Overnight ferry from Dakar to Ziguinchor – not too bad, albeit not a lot of sleep in the airline style seats.
Arrived off the mouth of the Cassamance river just after sunrise, for a pleasant “cruise” up river, arriving at Ziguinchor around 10:00. By the time I had disembarked and recovered my back pack and steppe outside, the thermostat had well and truly been turned up to roasting! After the relative cooler clime in Dakar, this takes a bit of adjusting to…
Mad dash around Zig – firts stop Guinea Bissau consulate for a visa – this took all of 5 minutes and with the minimum of formalities. Back into town to change some euro’s before heading to the gare routier to secure a seat in a sept place.
Journey from Zig to Kafoutine took 2 1/2 hours, arriving at The Kora Workshop – http://www.thekoraworkshop.co.uk/ – in time for dinner. The workshop is run by Kath Pickering and her partner Adam with the help of Jobarteh and his wife.
Lunch is the main meal of the day, with typically a dish of rice with a sauce of fish and vegatables – all eaten from a communal dish. Dinner varies – from a barbeque by a log fire to salad and eggs. If you’re up for a bit of local game, theres always bush rat – bit like a cross between rabbit and squirrel!
After the noise of past 10 days – it was never quiet much before midnite in Dakar, it was a shock to experince the peace and quiet of the campement. Chilling for a few days…literally recharging my batteries (metaphotically and physically) before I head off to Guinea Bissau on Monday.
Yesterday went done to the fishing port to watch the catch being landed – what a spectacle. Kafoutine is the largest port in Senegal, with some 300 boats operating from it – double its size of a few years ago.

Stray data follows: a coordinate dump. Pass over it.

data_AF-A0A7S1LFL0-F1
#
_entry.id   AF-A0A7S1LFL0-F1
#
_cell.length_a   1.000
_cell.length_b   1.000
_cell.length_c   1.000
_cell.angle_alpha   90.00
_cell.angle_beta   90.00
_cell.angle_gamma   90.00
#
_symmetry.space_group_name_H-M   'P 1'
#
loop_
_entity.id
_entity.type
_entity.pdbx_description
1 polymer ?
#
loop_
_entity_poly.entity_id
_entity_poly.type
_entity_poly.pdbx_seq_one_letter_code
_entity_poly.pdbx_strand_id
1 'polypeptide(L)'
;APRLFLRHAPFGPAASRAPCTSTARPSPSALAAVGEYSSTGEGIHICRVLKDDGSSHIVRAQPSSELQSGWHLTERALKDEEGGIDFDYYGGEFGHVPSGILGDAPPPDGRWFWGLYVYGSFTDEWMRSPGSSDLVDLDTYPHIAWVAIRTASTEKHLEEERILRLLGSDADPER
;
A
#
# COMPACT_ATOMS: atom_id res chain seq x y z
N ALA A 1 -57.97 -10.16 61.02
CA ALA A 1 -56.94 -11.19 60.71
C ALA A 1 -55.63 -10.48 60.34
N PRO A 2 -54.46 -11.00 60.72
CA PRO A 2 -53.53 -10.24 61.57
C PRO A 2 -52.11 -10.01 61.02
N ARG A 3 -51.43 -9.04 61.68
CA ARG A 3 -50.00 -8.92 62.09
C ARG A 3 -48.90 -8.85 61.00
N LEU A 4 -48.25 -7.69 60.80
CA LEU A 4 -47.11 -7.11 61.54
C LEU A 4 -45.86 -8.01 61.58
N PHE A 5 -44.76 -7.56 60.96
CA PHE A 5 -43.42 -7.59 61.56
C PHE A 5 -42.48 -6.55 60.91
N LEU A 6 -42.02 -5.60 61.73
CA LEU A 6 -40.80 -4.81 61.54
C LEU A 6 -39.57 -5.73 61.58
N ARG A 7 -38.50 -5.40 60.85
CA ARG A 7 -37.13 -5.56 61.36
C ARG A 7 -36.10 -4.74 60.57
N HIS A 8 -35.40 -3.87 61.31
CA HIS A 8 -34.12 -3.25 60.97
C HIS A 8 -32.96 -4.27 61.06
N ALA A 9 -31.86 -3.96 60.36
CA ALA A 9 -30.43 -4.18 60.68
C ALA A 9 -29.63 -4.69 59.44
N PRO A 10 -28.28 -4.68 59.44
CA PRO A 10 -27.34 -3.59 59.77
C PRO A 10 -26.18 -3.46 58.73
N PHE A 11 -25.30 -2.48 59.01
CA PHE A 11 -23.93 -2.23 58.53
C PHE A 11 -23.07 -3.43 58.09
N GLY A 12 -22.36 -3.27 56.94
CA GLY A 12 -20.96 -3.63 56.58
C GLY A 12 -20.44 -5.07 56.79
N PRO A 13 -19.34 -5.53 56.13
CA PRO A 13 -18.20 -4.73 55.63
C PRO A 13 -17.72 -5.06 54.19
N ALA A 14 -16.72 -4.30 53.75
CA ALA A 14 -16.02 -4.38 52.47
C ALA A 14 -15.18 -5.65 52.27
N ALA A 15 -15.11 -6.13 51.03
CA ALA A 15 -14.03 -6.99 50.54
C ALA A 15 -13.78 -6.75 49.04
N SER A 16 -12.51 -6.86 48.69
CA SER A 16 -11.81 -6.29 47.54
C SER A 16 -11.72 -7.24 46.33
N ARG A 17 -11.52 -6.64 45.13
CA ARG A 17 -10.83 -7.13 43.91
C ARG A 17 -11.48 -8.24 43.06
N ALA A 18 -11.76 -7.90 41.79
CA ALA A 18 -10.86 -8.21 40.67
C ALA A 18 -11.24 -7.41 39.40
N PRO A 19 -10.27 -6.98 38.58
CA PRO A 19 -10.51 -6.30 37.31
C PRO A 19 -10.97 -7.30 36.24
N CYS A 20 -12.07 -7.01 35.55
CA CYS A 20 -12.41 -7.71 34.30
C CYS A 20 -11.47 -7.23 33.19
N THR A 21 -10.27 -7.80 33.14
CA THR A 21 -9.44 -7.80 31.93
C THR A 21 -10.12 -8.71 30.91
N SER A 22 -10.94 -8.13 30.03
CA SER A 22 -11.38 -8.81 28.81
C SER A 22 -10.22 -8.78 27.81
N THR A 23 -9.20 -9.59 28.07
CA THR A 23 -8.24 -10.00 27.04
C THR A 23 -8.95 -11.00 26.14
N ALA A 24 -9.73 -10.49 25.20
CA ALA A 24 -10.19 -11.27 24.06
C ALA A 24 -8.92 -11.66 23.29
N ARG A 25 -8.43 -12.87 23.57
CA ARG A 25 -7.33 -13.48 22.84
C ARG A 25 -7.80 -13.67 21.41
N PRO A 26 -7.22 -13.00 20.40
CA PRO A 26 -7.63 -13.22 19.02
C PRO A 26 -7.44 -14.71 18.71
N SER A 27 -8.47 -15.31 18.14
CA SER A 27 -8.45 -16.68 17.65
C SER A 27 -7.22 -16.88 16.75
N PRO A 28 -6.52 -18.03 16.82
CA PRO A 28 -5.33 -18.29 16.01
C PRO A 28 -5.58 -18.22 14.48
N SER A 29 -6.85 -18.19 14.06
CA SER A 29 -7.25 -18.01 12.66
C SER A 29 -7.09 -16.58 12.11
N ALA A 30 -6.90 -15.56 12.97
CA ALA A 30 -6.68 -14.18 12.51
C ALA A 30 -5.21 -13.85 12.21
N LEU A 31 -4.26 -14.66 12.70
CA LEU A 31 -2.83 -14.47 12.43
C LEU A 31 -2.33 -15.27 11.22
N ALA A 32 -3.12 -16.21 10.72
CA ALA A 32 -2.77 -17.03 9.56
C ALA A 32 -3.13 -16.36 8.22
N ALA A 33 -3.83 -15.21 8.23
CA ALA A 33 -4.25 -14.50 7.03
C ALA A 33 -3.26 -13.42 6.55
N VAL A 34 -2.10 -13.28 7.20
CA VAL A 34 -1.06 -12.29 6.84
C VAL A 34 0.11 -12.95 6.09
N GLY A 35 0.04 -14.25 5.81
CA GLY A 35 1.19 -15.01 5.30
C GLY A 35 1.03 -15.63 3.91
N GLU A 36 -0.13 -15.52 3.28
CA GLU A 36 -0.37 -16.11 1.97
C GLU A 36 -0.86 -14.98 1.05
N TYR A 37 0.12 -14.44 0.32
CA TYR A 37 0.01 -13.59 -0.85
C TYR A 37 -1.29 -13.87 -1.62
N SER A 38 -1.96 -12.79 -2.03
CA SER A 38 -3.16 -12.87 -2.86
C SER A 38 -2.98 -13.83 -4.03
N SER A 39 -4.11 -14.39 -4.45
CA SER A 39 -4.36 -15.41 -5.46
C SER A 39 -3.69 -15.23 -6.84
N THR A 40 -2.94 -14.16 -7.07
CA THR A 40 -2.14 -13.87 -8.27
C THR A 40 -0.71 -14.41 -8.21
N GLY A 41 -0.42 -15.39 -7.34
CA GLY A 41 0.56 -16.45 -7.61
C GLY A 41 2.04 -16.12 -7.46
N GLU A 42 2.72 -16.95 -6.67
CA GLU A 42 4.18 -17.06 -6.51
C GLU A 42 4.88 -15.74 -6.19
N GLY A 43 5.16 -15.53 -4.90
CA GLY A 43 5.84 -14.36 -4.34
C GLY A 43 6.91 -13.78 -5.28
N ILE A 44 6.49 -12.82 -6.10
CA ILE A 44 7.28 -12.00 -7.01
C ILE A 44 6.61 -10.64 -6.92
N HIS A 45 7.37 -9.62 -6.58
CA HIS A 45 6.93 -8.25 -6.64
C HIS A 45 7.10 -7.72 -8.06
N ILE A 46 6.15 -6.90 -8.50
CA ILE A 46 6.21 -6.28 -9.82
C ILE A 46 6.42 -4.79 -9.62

The fish is collected from the boats which lie offshore at the surf line – porters wade out through the surf to chest height to collect of box of fish – they then “run” the 40kg box to the market – got to admire these guys for their strength and endurance – really tough job thats paid some 250cfa per box (30 pence). They will make up to a dozen runs – damn hard way to make a living.
The fish market is a sight to see in its self, with fish lying out to dry, being smoked or shipped fresh to markets. Fish is exported to The Gambia, Mali and Guinea Bissau, as well as for domestic consumption. Nothing is wasted – skin and bones going for fertiliser.
The ecological consequences of sustaining such a large fleet are enormous – both in terms of overfishing and the impact on the bush, as wood is cut for smoking the fish. The reality is that the port’s life is probably shortlived at this current level…
Tonights “Reggae” night in town – another late night in the offing.
Next update will hopefully be from Bissau